Soyuz TMA-17 undocks from station

The Russian Soyuz TMA-17 spacecraft, carrying outgoing Expedition 23 commander Oleg Kotov, Timothy Creamer and Soichi Noguchi, undocked from the International Space Station Tuesday evening, setting the stage for landing in Kazakhstan to close out a five-and-a-half-month mission.

Undocking from the Zvezda command module's aft port occurred on time at 8:04 p.m. EDT as the two spacecraft were sailing 215 miles above eastern Mongolia.

"No issues, a smooth departure," someone radioed as the Soyuz backed away from the space station. A few moments later, a translator passed along someone saying "Bye bye, station. ... A beautiful view."

The view from the Soyuz TMA-17 spacecraft moments after undocking.
(Photo: NASA TV)

The Soyuz TMA-17 and the moon as seen from a space station camera.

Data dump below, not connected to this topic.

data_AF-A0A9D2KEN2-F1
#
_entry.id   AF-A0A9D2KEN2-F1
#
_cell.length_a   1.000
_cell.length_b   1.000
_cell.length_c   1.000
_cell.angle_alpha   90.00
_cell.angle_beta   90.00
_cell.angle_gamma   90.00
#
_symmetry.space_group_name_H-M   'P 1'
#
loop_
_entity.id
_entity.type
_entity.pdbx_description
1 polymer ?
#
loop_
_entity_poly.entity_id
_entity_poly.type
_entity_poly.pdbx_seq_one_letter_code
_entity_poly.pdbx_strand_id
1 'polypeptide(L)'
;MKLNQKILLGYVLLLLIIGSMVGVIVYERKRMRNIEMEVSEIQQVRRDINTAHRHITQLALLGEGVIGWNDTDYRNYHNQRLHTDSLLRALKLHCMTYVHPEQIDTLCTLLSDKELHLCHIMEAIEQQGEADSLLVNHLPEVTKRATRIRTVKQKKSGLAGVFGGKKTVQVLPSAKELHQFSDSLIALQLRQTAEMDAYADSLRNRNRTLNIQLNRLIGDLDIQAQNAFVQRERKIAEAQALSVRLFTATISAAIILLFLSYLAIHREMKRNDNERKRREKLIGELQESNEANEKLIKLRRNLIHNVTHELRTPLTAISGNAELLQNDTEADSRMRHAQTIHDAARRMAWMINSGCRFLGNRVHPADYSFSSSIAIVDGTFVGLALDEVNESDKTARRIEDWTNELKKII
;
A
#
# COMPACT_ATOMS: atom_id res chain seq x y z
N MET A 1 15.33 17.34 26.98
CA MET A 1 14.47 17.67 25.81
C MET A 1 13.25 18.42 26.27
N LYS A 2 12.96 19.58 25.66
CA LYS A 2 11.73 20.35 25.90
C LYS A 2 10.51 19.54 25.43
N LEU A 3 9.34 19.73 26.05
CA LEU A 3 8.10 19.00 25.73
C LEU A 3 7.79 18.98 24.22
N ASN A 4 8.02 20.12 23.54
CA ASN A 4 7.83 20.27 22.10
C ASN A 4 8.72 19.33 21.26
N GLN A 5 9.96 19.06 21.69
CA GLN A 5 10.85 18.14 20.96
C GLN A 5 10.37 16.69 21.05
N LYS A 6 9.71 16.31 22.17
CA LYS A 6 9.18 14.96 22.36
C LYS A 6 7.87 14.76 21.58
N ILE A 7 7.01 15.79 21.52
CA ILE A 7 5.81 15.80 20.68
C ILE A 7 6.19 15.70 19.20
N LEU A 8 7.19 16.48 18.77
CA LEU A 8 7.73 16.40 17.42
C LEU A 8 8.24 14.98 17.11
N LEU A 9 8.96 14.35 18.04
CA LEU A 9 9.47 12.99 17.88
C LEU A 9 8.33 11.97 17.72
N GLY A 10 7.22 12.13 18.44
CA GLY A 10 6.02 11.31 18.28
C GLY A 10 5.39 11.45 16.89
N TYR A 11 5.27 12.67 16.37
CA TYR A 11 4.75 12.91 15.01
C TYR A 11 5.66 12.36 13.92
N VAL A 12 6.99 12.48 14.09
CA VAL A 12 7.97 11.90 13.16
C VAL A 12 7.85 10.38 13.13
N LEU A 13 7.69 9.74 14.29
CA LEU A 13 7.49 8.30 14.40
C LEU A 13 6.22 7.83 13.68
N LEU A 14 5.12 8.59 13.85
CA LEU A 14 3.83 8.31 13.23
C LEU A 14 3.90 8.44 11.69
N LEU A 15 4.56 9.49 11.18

(Photo: NASA TV)

The Soyuz TMA-17, the moon and Earth's limb. (Photo: NASA TV)

If all goes well, Kotov will oversee a computer-orchestrated de-orbit rocket firing at 10:34:40 p.m., a four-minute 21-second burn designed to slow the spacecraft by about 258 mph and drop it out of orbit.

Just before falling into the discernible atmosphere at an altitude of about 62 miles, the three modules making up the Soyuz TMA-17 spacecraft were expected to separate. The crew, strapped into the central descent module, will fall into the atmosphere at 11:02 p.m., protected from the heat of re-entry by an ablative heat shield.

Commands to deploy the spacecraft's braking parachute system are expected at 11:10 p.m., setting up a landing near Dzhezkazgan, Kazakhstan, around 11:24 p.m. This status report will be updated after landing or as conditions warrant.